Bodner agrees about the importance of addressing other products. "Many employers already have worksite products in place, which may or may not have been implemented by the broker," he explains. "This familiarity with voluntary products presents an opportunity for the broker to gain that market and further solidify his or her relationship with the employer."
As agents and brokers experience thinner profit margins following health care reform, this relationship bolstering is especially important, Bodner adds. "Many brokers are moving to fee-based compensation," he says. "They are acting as true consultants, offering solutions that are the best and most comprehensive in the market and presenting those solutions to illustrate their expertise and value to the client. This no longer applies only to core benefit offerings but to all employee benefits, including voluntary and worksite products."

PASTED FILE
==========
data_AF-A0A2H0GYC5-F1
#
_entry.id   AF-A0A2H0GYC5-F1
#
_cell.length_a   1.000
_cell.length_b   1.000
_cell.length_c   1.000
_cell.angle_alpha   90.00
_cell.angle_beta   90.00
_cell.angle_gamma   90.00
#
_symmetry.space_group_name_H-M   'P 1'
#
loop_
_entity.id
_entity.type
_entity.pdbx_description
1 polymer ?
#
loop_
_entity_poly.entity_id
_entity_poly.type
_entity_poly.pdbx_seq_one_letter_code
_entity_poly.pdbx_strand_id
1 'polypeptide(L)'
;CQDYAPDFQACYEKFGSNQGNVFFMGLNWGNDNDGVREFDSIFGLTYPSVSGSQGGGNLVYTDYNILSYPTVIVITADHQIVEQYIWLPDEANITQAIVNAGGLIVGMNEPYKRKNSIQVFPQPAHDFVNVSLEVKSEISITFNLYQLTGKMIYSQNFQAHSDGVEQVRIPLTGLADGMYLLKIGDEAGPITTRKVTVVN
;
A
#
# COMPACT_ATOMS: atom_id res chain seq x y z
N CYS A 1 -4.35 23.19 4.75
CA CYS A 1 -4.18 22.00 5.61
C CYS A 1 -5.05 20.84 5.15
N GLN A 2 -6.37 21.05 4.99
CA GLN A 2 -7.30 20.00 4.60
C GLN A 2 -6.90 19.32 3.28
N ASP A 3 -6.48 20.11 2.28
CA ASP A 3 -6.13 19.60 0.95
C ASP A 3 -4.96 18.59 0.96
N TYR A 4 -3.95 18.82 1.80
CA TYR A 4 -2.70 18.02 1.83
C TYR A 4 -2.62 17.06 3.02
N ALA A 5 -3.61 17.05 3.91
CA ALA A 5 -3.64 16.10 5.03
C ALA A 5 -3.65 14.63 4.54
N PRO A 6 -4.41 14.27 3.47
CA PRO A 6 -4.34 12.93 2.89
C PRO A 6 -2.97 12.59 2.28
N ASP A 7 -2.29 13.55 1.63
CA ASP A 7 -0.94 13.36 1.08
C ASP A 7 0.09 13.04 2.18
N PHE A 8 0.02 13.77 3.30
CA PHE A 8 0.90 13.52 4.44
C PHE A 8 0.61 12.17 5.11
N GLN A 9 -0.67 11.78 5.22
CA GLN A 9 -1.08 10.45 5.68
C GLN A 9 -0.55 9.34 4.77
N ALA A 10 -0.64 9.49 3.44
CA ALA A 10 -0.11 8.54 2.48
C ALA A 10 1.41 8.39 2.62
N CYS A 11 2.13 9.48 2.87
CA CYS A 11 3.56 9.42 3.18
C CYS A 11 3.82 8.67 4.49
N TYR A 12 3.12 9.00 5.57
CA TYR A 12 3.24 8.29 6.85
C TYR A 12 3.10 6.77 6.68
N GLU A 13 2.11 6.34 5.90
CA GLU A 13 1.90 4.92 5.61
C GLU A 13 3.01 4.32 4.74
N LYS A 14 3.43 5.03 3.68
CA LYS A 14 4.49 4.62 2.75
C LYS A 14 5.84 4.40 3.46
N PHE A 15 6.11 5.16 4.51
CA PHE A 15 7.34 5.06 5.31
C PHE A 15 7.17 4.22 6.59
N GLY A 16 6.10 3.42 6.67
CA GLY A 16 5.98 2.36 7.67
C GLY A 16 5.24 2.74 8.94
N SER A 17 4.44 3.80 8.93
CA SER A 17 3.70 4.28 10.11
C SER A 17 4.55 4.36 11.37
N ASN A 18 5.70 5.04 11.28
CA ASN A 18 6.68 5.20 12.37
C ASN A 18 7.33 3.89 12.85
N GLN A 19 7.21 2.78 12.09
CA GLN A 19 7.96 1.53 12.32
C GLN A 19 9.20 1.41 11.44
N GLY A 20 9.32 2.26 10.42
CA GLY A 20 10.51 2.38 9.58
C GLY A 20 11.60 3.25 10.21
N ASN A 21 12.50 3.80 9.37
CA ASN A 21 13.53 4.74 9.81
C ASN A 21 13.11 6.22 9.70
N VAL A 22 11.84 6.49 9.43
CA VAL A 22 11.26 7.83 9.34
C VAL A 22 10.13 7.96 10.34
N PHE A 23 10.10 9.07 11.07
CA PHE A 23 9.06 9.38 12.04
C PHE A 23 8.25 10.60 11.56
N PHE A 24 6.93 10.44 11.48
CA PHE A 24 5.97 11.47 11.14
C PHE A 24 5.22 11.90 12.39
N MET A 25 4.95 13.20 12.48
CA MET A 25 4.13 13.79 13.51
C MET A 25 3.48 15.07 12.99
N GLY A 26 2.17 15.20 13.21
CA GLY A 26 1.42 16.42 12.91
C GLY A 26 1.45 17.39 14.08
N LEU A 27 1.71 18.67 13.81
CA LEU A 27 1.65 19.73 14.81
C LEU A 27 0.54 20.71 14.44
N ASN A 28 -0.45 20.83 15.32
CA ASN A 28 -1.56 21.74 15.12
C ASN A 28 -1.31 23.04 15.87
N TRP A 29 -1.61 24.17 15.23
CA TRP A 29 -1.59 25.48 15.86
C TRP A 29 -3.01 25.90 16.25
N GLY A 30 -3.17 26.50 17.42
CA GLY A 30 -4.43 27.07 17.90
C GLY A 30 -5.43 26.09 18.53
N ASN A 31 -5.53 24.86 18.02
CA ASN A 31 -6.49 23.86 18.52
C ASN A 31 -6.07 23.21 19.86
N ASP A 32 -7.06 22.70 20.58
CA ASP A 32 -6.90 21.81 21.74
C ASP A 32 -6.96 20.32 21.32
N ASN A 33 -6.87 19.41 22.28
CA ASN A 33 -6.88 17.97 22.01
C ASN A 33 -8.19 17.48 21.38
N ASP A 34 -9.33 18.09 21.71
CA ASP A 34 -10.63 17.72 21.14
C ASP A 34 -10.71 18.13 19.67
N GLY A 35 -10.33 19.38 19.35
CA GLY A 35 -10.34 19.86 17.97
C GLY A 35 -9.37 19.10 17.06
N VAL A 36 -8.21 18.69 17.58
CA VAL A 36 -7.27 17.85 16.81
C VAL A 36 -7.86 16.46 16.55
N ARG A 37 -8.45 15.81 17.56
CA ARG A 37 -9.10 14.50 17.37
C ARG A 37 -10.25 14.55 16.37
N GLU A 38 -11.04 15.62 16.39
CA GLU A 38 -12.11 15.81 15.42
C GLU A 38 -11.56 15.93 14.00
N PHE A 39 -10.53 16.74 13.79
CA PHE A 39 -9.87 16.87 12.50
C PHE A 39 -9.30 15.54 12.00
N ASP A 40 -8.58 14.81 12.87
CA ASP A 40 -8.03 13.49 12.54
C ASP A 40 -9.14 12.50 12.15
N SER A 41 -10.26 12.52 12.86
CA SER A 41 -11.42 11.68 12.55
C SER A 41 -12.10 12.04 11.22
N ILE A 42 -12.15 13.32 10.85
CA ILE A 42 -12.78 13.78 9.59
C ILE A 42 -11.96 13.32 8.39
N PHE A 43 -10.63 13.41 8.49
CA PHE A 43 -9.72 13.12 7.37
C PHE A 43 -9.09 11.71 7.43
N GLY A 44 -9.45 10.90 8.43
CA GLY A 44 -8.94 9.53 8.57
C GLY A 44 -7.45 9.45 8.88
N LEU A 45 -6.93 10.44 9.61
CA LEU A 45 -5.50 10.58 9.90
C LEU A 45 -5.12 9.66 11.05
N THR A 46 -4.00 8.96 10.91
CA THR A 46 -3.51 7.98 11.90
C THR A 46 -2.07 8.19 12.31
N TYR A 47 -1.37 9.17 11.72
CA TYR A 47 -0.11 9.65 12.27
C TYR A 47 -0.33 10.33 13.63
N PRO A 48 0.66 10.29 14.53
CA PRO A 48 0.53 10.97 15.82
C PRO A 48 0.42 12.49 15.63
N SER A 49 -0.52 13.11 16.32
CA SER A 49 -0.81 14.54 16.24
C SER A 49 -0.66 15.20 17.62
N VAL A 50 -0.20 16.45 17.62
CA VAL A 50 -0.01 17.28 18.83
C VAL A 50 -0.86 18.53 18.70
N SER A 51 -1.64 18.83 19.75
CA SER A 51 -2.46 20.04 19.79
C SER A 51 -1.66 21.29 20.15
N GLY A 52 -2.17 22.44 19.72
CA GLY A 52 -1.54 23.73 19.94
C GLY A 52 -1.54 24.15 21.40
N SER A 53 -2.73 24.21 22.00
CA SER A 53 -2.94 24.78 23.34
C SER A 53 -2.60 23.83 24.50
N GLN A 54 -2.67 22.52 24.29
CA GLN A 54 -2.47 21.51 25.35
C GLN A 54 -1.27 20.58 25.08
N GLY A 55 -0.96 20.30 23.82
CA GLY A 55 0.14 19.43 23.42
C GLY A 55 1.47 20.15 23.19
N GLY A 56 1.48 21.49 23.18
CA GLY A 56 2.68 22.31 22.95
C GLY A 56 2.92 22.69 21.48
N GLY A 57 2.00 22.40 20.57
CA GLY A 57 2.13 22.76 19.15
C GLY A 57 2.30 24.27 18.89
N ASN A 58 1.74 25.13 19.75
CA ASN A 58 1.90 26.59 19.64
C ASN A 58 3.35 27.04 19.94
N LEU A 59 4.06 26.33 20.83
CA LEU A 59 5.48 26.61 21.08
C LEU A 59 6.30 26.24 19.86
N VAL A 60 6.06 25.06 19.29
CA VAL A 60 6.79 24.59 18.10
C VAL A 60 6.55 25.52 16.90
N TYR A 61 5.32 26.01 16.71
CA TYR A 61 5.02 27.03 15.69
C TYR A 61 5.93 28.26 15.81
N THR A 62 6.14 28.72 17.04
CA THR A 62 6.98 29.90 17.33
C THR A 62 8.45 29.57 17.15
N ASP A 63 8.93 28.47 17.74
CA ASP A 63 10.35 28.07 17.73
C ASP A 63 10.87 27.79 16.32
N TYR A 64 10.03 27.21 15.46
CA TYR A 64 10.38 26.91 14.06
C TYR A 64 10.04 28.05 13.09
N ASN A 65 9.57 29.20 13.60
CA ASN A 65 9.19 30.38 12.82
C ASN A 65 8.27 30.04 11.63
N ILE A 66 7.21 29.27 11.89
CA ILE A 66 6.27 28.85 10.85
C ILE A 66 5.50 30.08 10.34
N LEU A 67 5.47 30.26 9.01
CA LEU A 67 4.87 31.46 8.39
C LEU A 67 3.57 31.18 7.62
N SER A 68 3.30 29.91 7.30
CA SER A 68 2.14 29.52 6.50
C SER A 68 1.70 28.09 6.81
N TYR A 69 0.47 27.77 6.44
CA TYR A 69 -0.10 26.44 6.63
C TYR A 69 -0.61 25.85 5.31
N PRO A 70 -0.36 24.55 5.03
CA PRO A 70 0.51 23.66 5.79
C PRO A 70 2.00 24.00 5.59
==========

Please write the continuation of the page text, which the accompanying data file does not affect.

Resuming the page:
To make the most of workplace benefits opportunities, agents and brokers need to be informed and prepared. "They need to educate themselves about voluntary benefits to be able to discuss various options with their customers," Bodner says.
Marzi concurs. "Producers need to take a proactive approach to developing a fundamental understanding not only of voluntary benefits, but also of where the products align with the needs of their clients," she explains. Many insurers offer training and educational materials to get agents up to speed on voluntary benefits.
For instance, Marzi notes, The Hartford School of Insurance offers training on group benefits topics. Also, industry organizations, such as LIMRA, are resources for research and training on voluntary benefits.